If you’re looking for ways to raise capital for your company, you may consider crowdfunding. These ten facts will help you decide if crowdfunding is right for you.
Come Together. Republicans and Democrats in Congress came together to pass the Jumpstart Our Business Startups (JOBS) Act of 2012, and President Obama signed it into law on April 5, 2012. The stated purpose of the JOBS Act is to ease the burden on smaller companies looking to obtain capital from public and private sources. The JOBS Act makes crowdfunding legal.
Who Needs a Mil? The newly created crowdfunding exemption allows a small company to sell up to $1.07 million worth of the company’s stock or other ownership interests within a 12 month period.
It Takes a Crowd. Crowdfunding investors are limited in how much they can invest in each company. For investors with annual income or net worth less than $107,000, the limit is $2,200, 5% of annual income, or 5% of net worth, whichever amount is greatest. For investors with annual income or net worth of $107,000 or more, the limit is $107,000. The numbers are set to adjust for inflation every five years.
A Portal to Jump Through. Companies can’t tap into the crowd on their own. Crowdfunding offerings must be conducted through a registered broker or a registered funding portal. FINRA approved funding portals include SeedInvest, NextSeed, MicroVentures, and Wefunder. The broker of the funding portal is responsible for ensuring that crowdfunding investors are qualified and provided information about the company.
Keep it Quiet. Companies cannot advertise their own crowdfunding offerings, except to direct potential investors to their designated broker or portal.
Hold On Tight. Crowdfunding investors are required to hold onto their investment in the company for at least one year unless they sell to the company, an accredited investor, a family member, or as part of an IPO.
Let the Sunshine In. Companies must file information with the SEC, including the names of directors, officers, and majority shareholders, a description of the company’s business, a description of the company’s financial condition (including other offerings), and financial information. The same information must be provided to each crowdfunding investor.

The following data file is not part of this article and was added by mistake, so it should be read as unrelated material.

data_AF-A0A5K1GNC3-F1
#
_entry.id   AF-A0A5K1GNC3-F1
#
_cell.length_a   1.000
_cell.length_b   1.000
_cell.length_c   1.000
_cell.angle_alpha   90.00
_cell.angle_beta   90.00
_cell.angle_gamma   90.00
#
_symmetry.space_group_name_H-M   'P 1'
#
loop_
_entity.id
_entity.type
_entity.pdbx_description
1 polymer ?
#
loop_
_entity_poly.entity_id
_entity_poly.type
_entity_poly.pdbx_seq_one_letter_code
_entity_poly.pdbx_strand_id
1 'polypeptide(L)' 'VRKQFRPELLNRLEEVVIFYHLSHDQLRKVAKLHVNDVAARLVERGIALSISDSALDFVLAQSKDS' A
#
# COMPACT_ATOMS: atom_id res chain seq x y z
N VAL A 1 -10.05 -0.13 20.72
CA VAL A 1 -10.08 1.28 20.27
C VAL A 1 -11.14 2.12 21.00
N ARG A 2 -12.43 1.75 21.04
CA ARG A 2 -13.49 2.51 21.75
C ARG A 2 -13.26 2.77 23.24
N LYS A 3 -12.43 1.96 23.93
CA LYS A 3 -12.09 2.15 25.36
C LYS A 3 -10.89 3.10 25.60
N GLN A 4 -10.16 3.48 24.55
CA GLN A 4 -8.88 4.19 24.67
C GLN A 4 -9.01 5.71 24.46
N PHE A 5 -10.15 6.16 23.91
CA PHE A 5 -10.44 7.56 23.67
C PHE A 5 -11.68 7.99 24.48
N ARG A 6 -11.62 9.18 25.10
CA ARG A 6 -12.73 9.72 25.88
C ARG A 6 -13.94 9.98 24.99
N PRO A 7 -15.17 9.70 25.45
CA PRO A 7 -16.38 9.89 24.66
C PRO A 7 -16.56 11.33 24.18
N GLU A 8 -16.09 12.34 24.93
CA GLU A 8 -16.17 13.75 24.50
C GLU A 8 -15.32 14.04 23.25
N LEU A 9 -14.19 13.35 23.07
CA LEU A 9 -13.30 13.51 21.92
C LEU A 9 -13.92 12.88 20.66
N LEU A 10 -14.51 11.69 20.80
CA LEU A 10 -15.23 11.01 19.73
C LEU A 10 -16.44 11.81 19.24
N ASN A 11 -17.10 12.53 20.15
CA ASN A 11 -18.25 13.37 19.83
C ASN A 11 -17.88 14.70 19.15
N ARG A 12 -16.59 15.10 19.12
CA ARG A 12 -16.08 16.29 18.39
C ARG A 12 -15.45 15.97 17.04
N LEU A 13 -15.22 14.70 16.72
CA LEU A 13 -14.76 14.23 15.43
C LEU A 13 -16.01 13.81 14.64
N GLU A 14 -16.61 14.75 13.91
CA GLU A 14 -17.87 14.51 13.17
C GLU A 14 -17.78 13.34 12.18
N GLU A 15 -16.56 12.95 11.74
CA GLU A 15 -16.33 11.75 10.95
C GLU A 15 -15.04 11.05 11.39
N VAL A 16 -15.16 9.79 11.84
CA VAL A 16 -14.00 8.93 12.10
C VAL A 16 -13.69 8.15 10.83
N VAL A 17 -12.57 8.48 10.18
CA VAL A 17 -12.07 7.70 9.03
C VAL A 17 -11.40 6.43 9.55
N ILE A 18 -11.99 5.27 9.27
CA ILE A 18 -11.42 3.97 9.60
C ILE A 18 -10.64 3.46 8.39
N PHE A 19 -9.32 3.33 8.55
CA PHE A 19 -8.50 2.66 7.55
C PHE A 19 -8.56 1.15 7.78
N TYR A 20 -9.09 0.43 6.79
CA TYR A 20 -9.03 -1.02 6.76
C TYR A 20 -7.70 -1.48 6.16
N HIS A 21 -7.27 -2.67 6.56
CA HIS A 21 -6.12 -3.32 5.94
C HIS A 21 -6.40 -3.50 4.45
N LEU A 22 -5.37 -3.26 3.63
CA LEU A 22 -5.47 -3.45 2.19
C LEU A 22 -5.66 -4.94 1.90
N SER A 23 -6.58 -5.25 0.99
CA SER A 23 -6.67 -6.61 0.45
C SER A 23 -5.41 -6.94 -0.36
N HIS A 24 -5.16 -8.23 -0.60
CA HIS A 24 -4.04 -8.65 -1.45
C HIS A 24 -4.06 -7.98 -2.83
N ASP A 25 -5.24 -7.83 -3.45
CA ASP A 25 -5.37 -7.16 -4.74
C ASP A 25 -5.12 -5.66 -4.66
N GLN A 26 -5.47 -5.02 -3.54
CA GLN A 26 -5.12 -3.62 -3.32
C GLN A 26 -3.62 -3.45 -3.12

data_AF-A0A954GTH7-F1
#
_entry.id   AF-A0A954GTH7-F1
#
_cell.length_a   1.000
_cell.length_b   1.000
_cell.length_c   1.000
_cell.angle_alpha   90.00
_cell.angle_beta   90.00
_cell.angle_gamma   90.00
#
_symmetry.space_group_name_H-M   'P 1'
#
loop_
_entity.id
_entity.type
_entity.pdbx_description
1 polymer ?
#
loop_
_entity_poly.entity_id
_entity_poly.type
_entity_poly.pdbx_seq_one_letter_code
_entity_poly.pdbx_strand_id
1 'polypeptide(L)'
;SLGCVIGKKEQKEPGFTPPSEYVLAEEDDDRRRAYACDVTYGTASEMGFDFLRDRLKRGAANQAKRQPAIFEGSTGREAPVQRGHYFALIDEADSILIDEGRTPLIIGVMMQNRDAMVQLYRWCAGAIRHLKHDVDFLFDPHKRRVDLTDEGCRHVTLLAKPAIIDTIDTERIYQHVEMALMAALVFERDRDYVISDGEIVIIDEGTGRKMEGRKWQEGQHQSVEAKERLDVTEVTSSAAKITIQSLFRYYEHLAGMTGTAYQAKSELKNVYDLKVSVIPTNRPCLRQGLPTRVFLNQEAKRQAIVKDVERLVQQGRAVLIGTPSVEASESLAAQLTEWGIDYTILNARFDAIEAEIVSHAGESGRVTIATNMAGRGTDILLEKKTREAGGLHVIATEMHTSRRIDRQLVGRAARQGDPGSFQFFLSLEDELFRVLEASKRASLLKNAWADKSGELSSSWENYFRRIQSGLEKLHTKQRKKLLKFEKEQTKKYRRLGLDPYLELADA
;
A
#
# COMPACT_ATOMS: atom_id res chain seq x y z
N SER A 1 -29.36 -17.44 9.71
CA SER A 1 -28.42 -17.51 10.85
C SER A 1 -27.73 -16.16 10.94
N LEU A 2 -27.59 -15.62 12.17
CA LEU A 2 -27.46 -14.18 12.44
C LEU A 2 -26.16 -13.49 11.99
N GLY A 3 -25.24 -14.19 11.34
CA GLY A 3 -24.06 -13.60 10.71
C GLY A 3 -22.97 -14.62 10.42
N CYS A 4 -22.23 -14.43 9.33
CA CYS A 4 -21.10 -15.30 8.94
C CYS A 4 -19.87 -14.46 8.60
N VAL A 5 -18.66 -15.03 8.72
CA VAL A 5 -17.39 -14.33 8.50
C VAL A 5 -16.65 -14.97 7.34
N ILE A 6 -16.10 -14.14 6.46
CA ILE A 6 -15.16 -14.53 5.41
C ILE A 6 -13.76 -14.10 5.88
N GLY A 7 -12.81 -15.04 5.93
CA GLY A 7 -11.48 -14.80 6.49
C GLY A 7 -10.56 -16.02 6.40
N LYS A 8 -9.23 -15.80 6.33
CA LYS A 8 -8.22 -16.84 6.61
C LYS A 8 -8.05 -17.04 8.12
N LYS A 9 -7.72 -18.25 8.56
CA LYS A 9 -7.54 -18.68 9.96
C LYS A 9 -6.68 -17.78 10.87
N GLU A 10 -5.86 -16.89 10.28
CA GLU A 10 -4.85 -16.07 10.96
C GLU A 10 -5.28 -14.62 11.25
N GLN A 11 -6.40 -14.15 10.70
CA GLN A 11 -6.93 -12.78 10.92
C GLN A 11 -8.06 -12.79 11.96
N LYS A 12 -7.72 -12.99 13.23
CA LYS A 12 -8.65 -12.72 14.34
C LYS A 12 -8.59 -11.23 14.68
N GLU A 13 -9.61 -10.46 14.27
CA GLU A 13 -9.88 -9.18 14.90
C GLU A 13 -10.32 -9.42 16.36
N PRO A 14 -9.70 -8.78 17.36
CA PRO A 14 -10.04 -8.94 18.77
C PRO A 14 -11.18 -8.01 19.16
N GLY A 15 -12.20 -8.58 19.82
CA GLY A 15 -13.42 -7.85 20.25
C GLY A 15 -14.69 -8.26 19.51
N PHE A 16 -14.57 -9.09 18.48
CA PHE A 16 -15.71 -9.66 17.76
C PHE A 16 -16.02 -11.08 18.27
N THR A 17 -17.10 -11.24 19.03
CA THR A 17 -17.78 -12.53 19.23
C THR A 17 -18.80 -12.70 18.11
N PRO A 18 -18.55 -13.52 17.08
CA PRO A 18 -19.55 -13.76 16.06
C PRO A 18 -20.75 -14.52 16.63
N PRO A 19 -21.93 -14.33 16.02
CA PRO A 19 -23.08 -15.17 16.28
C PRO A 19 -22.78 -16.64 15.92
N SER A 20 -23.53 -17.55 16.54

Rights for All. Each crowdfunding investor will have rights in the company provided by state law and organizational documents. These rights might include the right to vote on the election of directors and certain actions, the right to review the company’s financials, and the right to demand a fair repurchase price. The SEC’s anti-fraud regulations also apply to crowdfunding offerings.
So Long “S”. S corporation status generally requires that a company have no more than 100 shareholders and excludes most other companies as eligible investors. A company with these restrictions might have a hard time raising significant capital through crowdfunding.
What Else You Got? Crowdfunding is not for every company. Fortunately, there are numerous ways for a growing company to raise need capital, including “friends and family” financing, commercial and private loans, intrastate offerings, and federally exempt private offerings. A company should review all of the alternatives before deciding on crowdfunding.
Primarily working with business owners and their families, Trevor advises clients on business structuring and sale transactions, regulatory compliance, third-party contracts, liability protection and general matters facing small business owners. His focus extends beyond legal advice and includes business strategy and wealth preservation. Trevor also works with families regarding their estate planning needs, including probate, trust administration, and wills.